If there’s one word that’s never far from a blog or newspaper headline these days, it’s ‘millennials’. And, yes – this very post is a case in point, but for a very good reason.
Before we continue, it’s worth considering exactly what defines a millennial. Broadly speaking, it refers to the generation born between 1980 and 1999, and is believed to be the largest generation in existence today.
Put simply, they’re taking over, and for many businesses this is something of a concern. How do you deal with people who spent their formative years witnessing the birth of the internet and several key transitions of power in the political realm? To which management styles do they respond best? How do you motivate them? Do they require particular perks and access to advanced technology in order to get the job done?
Let’s take a step back. The millennial generation is of course rather different to that which came before, but it doesn’t consist of alien beings; they’re humans with the same wants and desires as the rest of us and are just as capable of developing new skills as their forefathers.
Where they differ lies in their experiences during those crucial early years of schooling and employment. Gap years, work experience and government-funded employment schemes have laid the ground work for a generation that values job security but, equally, will rarely stay rooted to one role for any longer than deemed strictly necessary.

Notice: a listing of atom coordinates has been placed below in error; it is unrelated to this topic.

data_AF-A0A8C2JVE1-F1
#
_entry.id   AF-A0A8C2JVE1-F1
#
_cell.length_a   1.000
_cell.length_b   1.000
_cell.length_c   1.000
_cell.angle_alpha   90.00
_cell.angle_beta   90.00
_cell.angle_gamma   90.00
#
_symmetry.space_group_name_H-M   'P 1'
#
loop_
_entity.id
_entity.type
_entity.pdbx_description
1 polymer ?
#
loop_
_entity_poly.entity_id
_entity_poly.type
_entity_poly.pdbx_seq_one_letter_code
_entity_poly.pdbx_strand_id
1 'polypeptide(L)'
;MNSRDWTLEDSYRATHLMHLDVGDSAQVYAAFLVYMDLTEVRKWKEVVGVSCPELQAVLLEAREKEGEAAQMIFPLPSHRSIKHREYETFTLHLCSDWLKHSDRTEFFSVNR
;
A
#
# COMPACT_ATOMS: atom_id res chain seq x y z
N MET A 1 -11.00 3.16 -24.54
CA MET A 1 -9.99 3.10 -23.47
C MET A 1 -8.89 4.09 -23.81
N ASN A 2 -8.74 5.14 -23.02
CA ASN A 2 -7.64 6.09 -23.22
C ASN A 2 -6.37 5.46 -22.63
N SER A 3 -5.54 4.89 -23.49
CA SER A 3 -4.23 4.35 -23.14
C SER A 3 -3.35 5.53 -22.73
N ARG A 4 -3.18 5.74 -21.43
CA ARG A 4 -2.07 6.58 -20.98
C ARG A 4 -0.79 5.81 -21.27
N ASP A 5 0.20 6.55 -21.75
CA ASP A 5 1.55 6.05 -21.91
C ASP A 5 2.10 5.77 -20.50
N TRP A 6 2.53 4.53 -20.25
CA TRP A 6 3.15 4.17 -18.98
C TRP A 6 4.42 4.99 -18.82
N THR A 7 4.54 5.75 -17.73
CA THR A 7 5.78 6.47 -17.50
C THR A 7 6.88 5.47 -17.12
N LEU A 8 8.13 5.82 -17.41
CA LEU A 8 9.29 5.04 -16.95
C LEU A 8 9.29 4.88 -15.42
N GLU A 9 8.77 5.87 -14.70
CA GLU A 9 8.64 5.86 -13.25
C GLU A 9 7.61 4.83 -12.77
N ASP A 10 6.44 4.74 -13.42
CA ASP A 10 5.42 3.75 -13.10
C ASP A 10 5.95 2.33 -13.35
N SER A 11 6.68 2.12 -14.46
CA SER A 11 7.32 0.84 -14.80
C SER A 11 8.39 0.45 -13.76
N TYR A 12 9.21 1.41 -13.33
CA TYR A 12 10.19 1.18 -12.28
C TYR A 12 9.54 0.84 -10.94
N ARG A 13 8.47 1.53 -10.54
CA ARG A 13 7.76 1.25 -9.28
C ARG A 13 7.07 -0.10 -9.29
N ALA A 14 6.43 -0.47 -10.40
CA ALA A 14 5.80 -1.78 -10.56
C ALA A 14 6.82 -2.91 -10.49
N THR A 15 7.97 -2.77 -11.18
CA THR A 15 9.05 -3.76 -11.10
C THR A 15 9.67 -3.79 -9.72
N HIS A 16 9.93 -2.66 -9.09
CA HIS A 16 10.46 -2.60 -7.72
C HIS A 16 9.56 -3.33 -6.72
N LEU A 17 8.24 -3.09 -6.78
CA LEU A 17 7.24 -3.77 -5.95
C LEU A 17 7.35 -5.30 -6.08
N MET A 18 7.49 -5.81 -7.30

This desire to experiment with one’s career and explore every available opportunity has given rise to a workforce that is more dynamic than ever before. Freelancers now mix with regular ‘9-5’ permanent staff and the gig economy continues to tempt many into leaving the world of traditional working environments for stay-at-home convenience.
Chances are, if you’re recruiting today, the majority of candidates you meet will be from the millennial generation. Among them will be some absolute gems of hires, and to help you find them, we’d like to provide an insight into what to expect when hiring such people.
1. A strong desire to learn new skills
Education should be a key focus when working with millennials. This is a generation that devours content both on- and off-line. They spend their free time digesting blogs, podcasts and tales from friends, and seek answers to every query with a simple tap or two on the touchscreen of their smartphone.